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South Africa’s shrinking police force

The South Africa Police Service (SAPS) says that its workforce has steadily declined over the last five years.

The SAPS currently has around 184,000 staff members, with around 39,000 working as civilian employees.

In a presentation to parliament this week, the police service said it lost a total of 32,662 staff through natural attrition from 2016/17 to 2020/21.

Over the same period, it has employed 20,959 employees through new recruits and lateral entrants, resulting in a net loss of 11,703 members.

Some of the most common reasons for members exiting the SAPS, over the past five years include:

  • Age
  • Ill health
  • Death
  • Better remuneration
  • Personal reasons

The SAPS said that the decline can also be partially attributed to its early retirement process, with a total of 2,825 employees exited the SAPS through the programme, without the penalisation of pension benefits.

Grave concern

The decline in SAPS members was not the only concern raised in parliament, with issues such as a top-heavy workforce, a lack of resources, and a lack of clear leadership all highlighted as potential issues.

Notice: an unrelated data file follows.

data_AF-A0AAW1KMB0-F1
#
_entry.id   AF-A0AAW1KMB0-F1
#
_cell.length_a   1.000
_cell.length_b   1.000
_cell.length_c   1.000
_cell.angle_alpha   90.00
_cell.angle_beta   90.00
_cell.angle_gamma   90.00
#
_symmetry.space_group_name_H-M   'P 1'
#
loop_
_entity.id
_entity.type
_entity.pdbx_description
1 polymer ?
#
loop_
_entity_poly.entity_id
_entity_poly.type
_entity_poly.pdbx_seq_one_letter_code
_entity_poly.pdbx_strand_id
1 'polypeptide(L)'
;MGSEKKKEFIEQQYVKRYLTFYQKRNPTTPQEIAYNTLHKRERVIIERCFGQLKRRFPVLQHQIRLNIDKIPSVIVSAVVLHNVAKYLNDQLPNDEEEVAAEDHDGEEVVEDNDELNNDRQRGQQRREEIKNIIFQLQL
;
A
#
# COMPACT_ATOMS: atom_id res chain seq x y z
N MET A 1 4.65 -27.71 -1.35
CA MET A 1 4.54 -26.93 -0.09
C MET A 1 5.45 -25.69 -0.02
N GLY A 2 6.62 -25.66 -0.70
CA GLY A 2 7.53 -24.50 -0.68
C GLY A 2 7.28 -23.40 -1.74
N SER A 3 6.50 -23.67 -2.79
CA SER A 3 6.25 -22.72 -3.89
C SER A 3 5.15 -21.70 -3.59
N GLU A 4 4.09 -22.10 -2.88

“It is unsustainable to have a top-heavy SAPS organisational structure which impedes the operational requirements on the ground,” said Tina Joemat-Pettersson, chairperson of parliament’s committee on police.

“An effective and agile police service requires adequate human resources, especially at police station level to render services to the people.”

Joemat-Pettersson said the committee is concerned that the police to population ratio is currently at 1:327 with an increasing ratio year-on-year.

“While the committee acknowledges the budget reduction for the police, especially in the Medium-Term Expenditure Framework and the potential negative impact it will have on the stability of the SAPS, it remains of the view that a top-heavy structure negatively impacts the agility and ability of the SAPS to be responsive to its mandate.”


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